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Home Heating

Posted 2/1/2012 9:08am by Julie Hurst / Roy Brubaker.

This past summer and fall, Bob, with Roy's careful guidance, pulled several large oak trees out of our woodlot. An early summer storm several years ago caused a sudden wind burst that took out some of best "seed stock" trees just above our northeast pasture.   I've learned from forester Roy, that trees, like cows and sheep, should be selected for.  Leave the healthy, strong trees in your woods to replicate themselves for the future.  Put that way, it makes perfect sense to me.  Aren't we just trying to mimic natural selection?  But nature is a mysterious beast full of befuddling and random acts. With one strong gust roaring down the mountain, several dozen trees were downed, many of them marked as foundational to a healthy future woodlot. That said we decided to slice them up into a new barn floor. 

The outside bays of our barn have never been very strong and therefore a waste of good space. Getting thick, oak planking down has given us a lot more hay and machinery storage. As the new planks went in, the old, dry thin planks were pulled out and this winter we've heated the house with them.  It's been so mild that they actually lasted into February.  Admittedly this is not the cleanest form of heat, however, until our house is heated with solar panels or geothermal heat, it is probably one of our cleanest options.  At least we didn't have to haul it in.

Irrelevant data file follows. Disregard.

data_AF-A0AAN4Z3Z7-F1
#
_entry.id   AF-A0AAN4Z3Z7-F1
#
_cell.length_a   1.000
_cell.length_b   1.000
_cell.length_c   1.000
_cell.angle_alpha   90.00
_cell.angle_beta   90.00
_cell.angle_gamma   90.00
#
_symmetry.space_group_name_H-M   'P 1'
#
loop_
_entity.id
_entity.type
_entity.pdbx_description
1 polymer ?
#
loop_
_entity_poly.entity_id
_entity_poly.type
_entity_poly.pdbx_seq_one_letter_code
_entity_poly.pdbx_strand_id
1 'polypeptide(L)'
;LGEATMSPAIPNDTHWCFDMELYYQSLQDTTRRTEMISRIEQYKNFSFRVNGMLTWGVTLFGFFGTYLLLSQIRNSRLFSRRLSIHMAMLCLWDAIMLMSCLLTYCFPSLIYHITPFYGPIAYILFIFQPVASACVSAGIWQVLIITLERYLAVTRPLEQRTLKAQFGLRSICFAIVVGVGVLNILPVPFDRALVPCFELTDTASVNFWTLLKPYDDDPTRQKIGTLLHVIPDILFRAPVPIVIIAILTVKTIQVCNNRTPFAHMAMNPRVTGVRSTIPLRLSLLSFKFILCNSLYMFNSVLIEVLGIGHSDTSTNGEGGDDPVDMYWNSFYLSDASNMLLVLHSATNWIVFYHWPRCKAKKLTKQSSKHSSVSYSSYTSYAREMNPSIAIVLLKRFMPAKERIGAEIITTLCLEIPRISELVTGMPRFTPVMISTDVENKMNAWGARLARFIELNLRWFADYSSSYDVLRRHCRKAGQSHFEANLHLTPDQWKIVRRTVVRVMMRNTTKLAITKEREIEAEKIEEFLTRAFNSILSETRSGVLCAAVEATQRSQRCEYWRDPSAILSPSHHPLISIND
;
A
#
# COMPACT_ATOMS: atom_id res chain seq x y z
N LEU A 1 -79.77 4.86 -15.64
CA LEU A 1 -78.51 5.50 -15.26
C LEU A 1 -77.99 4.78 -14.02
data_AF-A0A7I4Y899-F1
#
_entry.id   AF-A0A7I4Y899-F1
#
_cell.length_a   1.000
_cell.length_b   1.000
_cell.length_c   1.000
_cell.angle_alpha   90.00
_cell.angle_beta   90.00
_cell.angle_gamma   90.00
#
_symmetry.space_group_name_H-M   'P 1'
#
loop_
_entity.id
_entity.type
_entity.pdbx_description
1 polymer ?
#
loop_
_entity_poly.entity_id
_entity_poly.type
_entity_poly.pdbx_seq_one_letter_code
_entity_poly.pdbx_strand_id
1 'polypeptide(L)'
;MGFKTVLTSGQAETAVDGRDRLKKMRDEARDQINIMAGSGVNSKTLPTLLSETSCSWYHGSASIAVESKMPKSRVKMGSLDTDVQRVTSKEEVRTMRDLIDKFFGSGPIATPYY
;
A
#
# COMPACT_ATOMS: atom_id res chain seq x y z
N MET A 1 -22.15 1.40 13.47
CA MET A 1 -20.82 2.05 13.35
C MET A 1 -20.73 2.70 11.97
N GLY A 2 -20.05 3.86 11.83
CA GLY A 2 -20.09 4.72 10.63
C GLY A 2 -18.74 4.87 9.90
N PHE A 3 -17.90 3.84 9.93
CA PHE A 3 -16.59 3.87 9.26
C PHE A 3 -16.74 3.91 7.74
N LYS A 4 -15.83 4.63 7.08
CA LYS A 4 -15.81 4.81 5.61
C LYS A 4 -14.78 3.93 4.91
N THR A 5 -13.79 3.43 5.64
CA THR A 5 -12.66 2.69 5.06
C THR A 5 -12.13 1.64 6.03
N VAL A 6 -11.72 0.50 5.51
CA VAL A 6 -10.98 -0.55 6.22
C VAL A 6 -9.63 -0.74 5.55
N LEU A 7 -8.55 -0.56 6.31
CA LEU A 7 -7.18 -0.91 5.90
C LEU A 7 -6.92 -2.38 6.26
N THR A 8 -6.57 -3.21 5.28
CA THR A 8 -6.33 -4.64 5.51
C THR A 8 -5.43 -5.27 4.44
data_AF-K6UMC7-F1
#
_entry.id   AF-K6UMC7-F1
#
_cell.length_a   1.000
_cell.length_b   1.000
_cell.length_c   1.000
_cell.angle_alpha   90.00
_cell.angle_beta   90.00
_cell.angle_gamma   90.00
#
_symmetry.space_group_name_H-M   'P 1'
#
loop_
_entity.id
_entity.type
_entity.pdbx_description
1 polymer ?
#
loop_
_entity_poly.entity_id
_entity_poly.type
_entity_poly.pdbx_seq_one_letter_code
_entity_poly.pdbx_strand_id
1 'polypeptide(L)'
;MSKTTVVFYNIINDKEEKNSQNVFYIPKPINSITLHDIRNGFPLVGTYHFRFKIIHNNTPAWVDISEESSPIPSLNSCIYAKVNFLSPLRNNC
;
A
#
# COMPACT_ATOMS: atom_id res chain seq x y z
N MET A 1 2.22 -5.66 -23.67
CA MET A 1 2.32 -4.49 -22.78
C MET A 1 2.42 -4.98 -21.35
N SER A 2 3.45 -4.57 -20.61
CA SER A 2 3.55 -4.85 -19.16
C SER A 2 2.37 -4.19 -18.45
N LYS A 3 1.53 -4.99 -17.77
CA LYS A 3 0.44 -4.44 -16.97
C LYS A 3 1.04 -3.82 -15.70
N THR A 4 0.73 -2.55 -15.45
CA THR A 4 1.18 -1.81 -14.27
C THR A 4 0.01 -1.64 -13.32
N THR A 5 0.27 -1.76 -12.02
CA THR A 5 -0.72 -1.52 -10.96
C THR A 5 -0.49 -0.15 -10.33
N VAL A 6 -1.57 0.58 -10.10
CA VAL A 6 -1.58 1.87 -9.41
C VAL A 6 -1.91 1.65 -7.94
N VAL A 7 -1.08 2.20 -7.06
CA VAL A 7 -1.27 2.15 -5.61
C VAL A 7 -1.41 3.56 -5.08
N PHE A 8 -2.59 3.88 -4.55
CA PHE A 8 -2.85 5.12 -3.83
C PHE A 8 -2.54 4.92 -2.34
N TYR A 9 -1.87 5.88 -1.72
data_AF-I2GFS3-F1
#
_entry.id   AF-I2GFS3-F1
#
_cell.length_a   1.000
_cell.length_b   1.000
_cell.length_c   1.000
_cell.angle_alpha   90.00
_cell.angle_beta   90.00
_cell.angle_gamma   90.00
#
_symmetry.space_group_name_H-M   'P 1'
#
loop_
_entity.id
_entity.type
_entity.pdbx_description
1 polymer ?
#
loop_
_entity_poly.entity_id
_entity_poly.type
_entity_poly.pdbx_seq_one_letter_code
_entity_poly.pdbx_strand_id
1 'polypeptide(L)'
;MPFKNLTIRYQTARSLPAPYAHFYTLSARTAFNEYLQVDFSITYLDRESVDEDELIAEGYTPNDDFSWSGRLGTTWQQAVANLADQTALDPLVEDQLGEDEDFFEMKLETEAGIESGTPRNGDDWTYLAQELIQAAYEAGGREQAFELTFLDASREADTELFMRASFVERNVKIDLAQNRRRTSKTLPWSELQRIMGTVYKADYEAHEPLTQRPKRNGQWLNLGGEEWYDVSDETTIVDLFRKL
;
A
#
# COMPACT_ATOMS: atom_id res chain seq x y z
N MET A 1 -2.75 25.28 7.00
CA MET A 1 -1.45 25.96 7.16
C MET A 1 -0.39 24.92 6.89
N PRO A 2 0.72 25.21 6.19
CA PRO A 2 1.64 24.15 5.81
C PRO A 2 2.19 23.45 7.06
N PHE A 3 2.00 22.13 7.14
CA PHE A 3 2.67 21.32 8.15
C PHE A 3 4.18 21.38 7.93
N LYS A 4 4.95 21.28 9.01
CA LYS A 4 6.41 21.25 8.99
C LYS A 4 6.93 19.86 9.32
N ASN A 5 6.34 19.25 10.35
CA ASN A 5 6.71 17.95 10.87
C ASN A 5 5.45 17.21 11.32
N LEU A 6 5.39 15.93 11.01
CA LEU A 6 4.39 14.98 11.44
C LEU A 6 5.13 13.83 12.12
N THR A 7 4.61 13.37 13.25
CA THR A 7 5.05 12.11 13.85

Last weekend Roy and I spent several hours behind the garage cutting and stacking the planks to fit into our outdoor furnace.  The ewe flock is wintering in the pasture just behind the woodshed and at times I found myself mesmerized by the chewing motion of their mouths. During the afternoon the majority of the flock was laying on the ground, their jaws gentling grinding.  It is almost like watching waves wash up on shore. They seem so content when they are ruminating and the affect is calming. 

While most of the flock lay serenely chewing, the rest were gathered around the hay feeders eating hay and watching.  One ewe stood facing us, strands of hay hanging from her mouth, scratching her hind end on the corner of the feeder. I could of sworn she was daring me to comment, but I didn't.  Eating hay is an itchy business and if she needed to take care of her issues, I was fine with that. The flocks composed acceptance of the way things are had infiltrated the air around them and the more I watched them, the more I felt their calm stoicism settle into my being.